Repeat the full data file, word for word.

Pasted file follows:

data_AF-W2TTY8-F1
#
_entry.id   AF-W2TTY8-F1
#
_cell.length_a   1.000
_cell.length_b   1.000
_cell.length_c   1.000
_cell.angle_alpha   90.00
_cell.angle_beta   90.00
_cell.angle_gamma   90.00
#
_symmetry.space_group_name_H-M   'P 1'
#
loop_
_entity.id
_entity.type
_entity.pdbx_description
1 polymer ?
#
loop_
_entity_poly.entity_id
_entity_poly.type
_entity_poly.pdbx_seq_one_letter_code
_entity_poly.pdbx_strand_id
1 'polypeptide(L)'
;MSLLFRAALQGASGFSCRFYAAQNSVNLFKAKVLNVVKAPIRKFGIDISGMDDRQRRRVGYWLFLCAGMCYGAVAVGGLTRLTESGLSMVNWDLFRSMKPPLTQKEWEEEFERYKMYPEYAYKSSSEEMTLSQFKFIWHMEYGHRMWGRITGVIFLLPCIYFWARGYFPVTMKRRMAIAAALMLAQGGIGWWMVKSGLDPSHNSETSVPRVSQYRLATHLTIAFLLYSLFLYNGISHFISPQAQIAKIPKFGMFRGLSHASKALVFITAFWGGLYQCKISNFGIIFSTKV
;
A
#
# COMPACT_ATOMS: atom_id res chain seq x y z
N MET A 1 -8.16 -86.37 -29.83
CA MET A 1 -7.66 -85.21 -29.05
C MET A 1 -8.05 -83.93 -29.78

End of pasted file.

data_AF-W2TTY8-F1
#
_entry.id   AF-W2TTY8-F1
#
_cell.length_a   1.000
_cell.length_b   1.000
_cell.length_c   1.000
_cell.angle_alpha   90.00
_cell.angle_beta   90.00
_cell.angle_gamma   90.00
#
_symmetry.space_group_name_H-M   'P 1'
#
loop_
_entity.id
_entity.type
_entity.pdbx_description
1 polymer ?
#
loop_
_entity_poly.entity_id
_entity_poly.type
_entity_poly.pdbx_seq_one_letter_code
_entity_poly.pdbx_strand_id
1 'polypeptide(L)'
;MSLLFRAALQGASGFSCRFYAAQNSVNLFKAKVLNVVKAPIRKFGIDISGMDDRQRRRVGYWLFLCAGMCYGAVAVGGLTRLTESGLSMVNWDLFRSMKPPLTQKEWEEEFERYKMYPEYAYKSSSEEMTLSQFKFIWHMEYGHRMWGRITGVIFLLPCIYFWARGYFPVTMKRRMAIAAALMLAQGGIGWWMVKSGLDPSHNSETSVPRVSQYRLATHLTIAFLLYSLFLYNGISHFISPQAQIAKIPKFGMFRGLSHASKALVFITAFWGGLYQCKISNFGIIFSTKV
;
A
#
# COMPACT_ATOMS: atom_id res chain seq x y z
N MET A 1 -8.16 -86.37 -29.83
CA MET A 1 -7.66 -85.21 -29.05
C MET A 1 -8.05 -83.93 -29.78